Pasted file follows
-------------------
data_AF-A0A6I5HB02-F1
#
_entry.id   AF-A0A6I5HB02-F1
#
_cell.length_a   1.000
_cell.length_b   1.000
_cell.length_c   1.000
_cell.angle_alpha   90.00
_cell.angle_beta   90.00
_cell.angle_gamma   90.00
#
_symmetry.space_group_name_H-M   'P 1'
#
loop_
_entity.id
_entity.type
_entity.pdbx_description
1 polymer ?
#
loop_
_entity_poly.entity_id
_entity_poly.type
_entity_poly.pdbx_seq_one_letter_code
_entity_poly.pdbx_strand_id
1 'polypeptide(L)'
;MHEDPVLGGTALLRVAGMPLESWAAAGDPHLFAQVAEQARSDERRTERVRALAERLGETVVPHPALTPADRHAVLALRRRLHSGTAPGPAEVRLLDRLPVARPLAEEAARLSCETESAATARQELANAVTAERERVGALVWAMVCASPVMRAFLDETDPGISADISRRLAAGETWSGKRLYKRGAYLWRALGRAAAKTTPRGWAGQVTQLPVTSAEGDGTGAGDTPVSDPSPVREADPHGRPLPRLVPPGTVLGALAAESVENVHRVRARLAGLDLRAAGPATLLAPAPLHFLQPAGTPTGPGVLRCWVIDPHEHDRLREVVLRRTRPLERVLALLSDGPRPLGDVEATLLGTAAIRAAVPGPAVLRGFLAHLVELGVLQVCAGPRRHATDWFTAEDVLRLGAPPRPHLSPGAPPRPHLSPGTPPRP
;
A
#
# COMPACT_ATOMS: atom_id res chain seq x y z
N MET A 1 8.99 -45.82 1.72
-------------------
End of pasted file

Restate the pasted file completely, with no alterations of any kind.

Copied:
data_AF-A0A6I5HB02-F1
#
_entry.id   AF-A0A6I5HB02-F1
#
_cell.length_a   1.000
_cell.length_b   1.000
_cell.length_c   1.000
_cell.angle_alpha   90.00
_cell.angle_beta   90.00
_cell.angle_gamma   90.00
#
_symmetry.space_group_name_H-M   'P 1'
#
loop_
_entity.id
_entity.type
_entity.pdbx_description
1 polymer ?
#
loop_
_entity_poly.entity_id
_entity_poly.type
_entity_poly.pdbx_seq_one_letter_code
_entity_poly.pdbx_strand_id
1 'polypeptide(L)'
;MHEDPVLGGTALLRVAGMPLESWAAAGDPHLFAQVAEQARSDERRTERVRALAERLGETVVPHPALTPADRHAVLALRRRLHSGTAPGPAEVRLLDRLPVARPLAEEAARLSCETESAATARQELANAVTAERERVGALVWAMVCASPVMRAFLDETDPGISADISRRLAAGETWSGKRLYKRGAYLWRALGRAAAKTTPRGWAGQVTQLPVTSAEGDGTGAGDTPVSDPSPVREADPHGRPLPRLVPPGTVLGALAAESVENVHRVRARLAGLDLRAAGPATLLAPAPLHFLQPAGTPTGPGVLRCWVIDPHEHDRLREVVLRRTRPLERVLALLSDGPRPLGDVEATLLGTAAIRAAVPGPAVLRGFLAHLVELGVLQVCAGPRRHATDWFTAEDVLRLGAPPRPHLSPGAPPRPHLSPGTPPRP
;
A
#
# COMPACT_ATOMS: atom_id res chain seq x y z
N MET A 1 8.99 -45.82 1.72